We Don't Give Up

Linking up today with Shell

It has been seven months since I had my baby and started trying to sift my way through my recovery with Postpartum Depression. I've had really great moments, days, and weeks, where I feel like I'm myself again, I'm on top of things, I'm beginning to get things back in order. I take my boys on fun outings, I go visit with friends, I'm exercising daily (almost), I'm sleeping well, I'm not yelling or snapping as much at my kids, I do little things for my husband, I make dinners, I remember to feed the cat, even her Fancy Feast, not just the dry food.

And then I have have moments, days, and yes, weeks, like this current one, where I don't feel good in all ways, body and spirit. I struggle to get out of bed and I randomly start crying while reading my sons a story at nap time (and am fortunately able to quickly cover it up before they notice), where I pray in my heart and my head for help to just make it to the baby's morning nap ... and then to the afternoon nap ... and then finally to bedtime. To just survive.

I was venting to a close family member last night about the guilt that I have in my heart for having Postpartum Depression. I kept saying how guilty I felt that my family has had to go through this with me, to watch me and come along on this roller coaster ride. I feel guilty that no matter how hard I try, I am not enough. That right when I feel like I'm coming back to myself again, I fall back down. And I don't know why. That more than anything in the world ... I just want to be me again. And I am trying with every ounce of energy and strength that I have to win this battle and come out on top, if not for myself, for the sake of my family.

My family member said, "You keep saying that you feel guilty about having postpartum depression, as if you had a choice. Suzie, you did not choose to have this affliction right now in your life. It just happened, for a lot of different reasons. You didn't choose it."

It was as if the light bulb went on inside myself when she said this. She is right. I didn't choose for myself to be completely obliterated after I had this baby. Real depression is not a choice. It is not something that you can just say to yourself one day, "I'm going to be happy today!" and you are. It is a very real, dark, and incredibly lonely place.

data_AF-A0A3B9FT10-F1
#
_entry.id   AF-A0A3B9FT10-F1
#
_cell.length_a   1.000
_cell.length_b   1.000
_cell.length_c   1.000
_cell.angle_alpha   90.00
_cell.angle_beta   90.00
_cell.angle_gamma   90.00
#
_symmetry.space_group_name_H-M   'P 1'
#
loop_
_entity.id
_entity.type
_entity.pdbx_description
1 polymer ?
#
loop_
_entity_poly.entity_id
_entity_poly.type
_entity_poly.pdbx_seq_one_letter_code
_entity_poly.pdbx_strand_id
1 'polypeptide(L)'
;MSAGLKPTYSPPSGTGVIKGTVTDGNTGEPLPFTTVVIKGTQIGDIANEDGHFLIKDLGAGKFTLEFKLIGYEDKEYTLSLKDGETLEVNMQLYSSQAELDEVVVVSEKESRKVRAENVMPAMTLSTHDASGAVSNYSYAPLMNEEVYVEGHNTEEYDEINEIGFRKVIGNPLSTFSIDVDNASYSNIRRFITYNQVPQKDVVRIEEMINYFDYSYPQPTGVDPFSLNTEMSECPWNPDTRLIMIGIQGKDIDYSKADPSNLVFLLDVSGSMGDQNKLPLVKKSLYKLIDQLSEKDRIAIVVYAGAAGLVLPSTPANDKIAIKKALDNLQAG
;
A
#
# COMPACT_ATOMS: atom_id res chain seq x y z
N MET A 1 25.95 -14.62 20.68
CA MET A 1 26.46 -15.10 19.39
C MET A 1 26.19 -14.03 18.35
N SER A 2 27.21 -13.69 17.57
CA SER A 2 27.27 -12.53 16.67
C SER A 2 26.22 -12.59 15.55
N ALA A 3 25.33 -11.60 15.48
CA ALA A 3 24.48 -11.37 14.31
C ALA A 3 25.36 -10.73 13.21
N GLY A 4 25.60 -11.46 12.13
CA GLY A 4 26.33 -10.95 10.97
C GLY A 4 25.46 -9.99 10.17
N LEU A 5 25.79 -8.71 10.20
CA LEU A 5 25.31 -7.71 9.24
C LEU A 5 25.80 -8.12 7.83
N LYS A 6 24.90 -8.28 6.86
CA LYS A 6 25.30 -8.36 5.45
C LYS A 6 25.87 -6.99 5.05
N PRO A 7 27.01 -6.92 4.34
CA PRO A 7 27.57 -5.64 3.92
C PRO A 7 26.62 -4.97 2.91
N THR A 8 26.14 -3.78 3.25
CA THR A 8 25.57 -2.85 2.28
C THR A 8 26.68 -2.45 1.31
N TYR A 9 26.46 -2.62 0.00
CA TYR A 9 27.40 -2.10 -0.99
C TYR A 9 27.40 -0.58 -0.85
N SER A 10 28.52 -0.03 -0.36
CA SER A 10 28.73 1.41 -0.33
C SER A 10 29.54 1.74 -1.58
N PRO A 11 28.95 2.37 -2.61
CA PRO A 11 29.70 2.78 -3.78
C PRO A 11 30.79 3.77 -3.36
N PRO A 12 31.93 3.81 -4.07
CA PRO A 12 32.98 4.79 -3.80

That being said, I have searched my mind and heart many times these last 7 months as I have prayed for the understanding of what it is that I am supposed to learn from this trial. And there have been many things;

* Because of going through this, I have developed great empathy for people that really, truly struggle with depression on a daily basis. My heart goes out to them, because, I finally get it.
* I have always been very hard on myself and an extreme perfectionist. I generally give myself no allowances. This whole experience has been slowly teaching me to be nicer to myself, to cut myself some slack.
* It has also forced me to slow my life down, which has been extremely frustrating for me. I am someone who likes their downtime, but I also thrive on structure, routine, organization, schedules, predictability, and achieving goals, whatever they are. I have been forced to let go of some structure, to become more flexible with schedules, to recognize that life with two boys under the age of 3 is anything but predictable, that maybe my goal for the day is to take care of myself and my kids. That's it. Maybe the dishes got done, maybe not, who cares right now.
* It has made me begin to evaluate the kind of person that I really want to be, what things should truly matter to me. One major thing I've realized is that no one is going to take care of me except me. I mean in terms of eating well and exercising, getting the sleep I need, figuring out what my passions are and what I want to do at this stage of my life. No one will provide self care for me except myself, and it is important to do it, and is also empowering.

Sometimes I get discouraged that I have not been "cured" 7 months into the process. I've always been one that wants a quick fix and closure. But, that has not happened yet. So, I continue to wake up everyday and pray for the energy and strength to get through another day, to try my best to have a positive and flexible outlook on my daily life. I'm extremely grateful for my beautiful, beautiful boys, and hope that one day they will read these things and see that when trials occur in life, we don't give up. We put one foot in front of the other, one week, day, second, moment at a time, until one day, we're running with joy and confidence in what we have been through and who we have become.


Shell said…
I'm so glad you had someone point that out to you, that you didn't have a choice, this is just something that happened to you that you are working through. xo
Diana Oliver said…
I read "No More Perfect Moms" last year after having my second and it made such a difference for me. I learned to give myself grace which I never considered before reading that book. I hope you continue to have more good days then bad!
Olivia said…

I'm sorry I'm posting this as a comment, but I couldn't find any other way of contacting you on your blog! My name is Olivia and I work at Salt Lake Acting Company. Every year we have a children's musical as a part of our season, and this year we are proud to present "A Year with Frog and Toad", a Tony-nominated children's musical based on the books by Arnold Lobel. We would love to offer you and your family comp tickets to the opening weekend of the show if you'd be willing to share some thoughts about it with your followers! If you're interested, please e-mail me at olivia@saltlakeactingcompany.org and we can hash out the details.

Thank you so much!!


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